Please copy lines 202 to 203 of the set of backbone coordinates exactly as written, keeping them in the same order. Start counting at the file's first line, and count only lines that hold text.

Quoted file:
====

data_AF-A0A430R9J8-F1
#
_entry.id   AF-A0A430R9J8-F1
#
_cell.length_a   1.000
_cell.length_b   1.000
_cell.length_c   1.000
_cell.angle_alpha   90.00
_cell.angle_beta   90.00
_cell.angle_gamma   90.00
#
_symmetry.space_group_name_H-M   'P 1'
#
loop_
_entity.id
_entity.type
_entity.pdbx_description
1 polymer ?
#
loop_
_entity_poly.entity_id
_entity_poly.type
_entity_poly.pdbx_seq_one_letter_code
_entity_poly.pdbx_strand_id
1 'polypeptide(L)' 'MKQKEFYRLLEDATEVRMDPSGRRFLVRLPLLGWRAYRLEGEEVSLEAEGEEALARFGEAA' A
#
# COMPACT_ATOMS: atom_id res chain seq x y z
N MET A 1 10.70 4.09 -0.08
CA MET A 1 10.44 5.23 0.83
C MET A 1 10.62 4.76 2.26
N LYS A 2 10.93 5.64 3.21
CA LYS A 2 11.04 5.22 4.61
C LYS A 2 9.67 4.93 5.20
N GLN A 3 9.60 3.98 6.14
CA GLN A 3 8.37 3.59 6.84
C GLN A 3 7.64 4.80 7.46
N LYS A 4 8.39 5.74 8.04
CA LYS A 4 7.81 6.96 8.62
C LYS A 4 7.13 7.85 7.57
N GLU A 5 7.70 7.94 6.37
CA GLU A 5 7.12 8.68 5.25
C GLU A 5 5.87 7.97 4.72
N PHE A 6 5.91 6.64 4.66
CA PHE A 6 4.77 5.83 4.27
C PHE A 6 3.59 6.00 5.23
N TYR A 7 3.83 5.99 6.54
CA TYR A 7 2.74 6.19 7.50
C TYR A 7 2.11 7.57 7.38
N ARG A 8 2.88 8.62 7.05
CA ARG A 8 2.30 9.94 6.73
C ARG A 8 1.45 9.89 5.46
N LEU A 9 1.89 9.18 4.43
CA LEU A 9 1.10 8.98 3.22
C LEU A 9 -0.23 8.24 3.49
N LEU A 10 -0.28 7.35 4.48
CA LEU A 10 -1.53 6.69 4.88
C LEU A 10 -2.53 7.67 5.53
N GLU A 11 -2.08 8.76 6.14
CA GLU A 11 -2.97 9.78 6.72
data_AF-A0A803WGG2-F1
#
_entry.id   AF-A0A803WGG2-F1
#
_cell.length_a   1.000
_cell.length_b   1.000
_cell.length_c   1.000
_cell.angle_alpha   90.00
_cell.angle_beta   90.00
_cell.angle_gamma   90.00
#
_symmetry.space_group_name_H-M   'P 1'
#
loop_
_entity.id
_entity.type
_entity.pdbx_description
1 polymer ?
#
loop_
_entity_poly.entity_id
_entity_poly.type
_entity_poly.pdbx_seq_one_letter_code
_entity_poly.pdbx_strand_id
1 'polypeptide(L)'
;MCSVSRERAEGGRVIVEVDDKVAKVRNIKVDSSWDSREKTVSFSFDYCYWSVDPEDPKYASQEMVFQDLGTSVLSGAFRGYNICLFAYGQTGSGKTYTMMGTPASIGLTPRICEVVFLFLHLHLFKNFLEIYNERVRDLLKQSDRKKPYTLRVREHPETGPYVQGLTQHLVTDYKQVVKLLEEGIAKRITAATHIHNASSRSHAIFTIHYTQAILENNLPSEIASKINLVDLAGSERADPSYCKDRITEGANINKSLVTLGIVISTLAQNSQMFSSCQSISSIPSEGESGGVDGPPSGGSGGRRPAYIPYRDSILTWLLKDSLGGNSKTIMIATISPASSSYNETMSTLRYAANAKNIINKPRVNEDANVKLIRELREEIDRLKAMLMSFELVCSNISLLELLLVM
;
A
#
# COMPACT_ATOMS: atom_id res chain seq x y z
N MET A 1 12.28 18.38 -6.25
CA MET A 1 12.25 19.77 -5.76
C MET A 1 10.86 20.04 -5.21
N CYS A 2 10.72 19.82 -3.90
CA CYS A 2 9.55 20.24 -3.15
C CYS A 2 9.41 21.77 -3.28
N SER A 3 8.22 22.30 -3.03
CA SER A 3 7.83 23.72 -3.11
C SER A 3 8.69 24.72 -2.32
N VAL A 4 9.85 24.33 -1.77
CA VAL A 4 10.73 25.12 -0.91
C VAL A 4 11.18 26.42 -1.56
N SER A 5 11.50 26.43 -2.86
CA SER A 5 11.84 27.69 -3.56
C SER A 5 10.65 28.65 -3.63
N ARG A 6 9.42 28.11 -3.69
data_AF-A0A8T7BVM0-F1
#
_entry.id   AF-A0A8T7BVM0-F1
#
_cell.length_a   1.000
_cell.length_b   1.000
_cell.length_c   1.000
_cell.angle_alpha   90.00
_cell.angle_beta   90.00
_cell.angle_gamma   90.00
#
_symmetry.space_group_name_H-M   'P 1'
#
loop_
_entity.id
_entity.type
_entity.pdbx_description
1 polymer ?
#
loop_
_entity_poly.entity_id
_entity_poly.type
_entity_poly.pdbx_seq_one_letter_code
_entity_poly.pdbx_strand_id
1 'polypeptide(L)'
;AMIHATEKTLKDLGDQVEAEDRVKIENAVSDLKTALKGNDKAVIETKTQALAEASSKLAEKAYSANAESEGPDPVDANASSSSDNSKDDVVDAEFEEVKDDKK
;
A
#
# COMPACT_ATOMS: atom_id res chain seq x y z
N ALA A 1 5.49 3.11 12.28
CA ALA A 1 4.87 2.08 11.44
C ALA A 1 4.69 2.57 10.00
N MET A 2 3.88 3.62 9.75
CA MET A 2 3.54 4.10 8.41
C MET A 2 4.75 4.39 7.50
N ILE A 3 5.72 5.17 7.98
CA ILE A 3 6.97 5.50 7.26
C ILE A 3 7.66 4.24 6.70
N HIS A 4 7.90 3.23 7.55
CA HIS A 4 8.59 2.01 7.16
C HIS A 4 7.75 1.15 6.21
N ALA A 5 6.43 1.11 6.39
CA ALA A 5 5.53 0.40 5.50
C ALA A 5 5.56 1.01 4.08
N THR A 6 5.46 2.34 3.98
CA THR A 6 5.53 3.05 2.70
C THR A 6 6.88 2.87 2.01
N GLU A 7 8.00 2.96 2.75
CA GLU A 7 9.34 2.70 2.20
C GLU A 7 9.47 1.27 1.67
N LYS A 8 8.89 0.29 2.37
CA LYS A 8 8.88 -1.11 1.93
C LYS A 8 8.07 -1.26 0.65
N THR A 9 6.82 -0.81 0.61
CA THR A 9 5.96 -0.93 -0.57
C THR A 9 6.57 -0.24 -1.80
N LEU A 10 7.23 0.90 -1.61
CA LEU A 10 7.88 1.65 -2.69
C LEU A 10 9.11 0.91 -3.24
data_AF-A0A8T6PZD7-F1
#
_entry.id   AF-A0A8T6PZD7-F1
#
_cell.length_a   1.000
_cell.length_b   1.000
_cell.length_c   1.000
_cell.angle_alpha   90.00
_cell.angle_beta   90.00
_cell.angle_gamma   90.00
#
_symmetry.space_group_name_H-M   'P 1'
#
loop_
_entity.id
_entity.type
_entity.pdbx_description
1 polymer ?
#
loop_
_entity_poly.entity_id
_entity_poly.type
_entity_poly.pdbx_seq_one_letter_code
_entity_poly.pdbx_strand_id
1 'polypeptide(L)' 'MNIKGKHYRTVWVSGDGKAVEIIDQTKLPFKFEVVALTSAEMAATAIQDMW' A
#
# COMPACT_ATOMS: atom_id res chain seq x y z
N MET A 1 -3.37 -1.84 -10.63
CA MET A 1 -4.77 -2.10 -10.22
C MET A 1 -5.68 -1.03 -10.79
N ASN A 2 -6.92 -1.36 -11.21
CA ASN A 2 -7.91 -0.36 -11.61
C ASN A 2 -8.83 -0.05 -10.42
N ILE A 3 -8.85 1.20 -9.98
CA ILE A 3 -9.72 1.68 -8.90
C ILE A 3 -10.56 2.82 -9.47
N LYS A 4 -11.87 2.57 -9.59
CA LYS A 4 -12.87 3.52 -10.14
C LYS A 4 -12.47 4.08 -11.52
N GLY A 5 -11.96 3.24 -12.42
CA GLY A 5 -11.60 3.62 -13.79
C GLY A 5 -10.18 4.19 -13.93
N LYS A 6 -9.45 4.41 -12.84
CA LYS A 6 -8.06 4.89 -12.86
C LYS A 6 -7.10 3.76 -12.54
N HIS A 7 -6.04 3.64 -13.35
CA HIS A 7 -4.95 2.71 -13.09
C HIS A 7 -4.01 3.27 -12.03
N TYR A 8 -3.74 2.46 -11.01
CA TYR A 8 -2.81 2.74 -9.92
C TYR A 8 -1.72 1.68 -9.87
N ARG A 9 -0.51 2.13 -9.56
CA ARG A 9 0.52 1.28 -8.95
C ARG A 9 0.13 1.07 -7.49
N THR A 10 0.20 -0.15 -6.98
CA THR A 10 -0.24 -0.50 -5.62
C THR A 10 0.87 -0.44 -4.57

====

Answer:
N LYS A 4 -11.87 2.57 -9.59
CA LYS A 4 -12.87 3.52 -10.14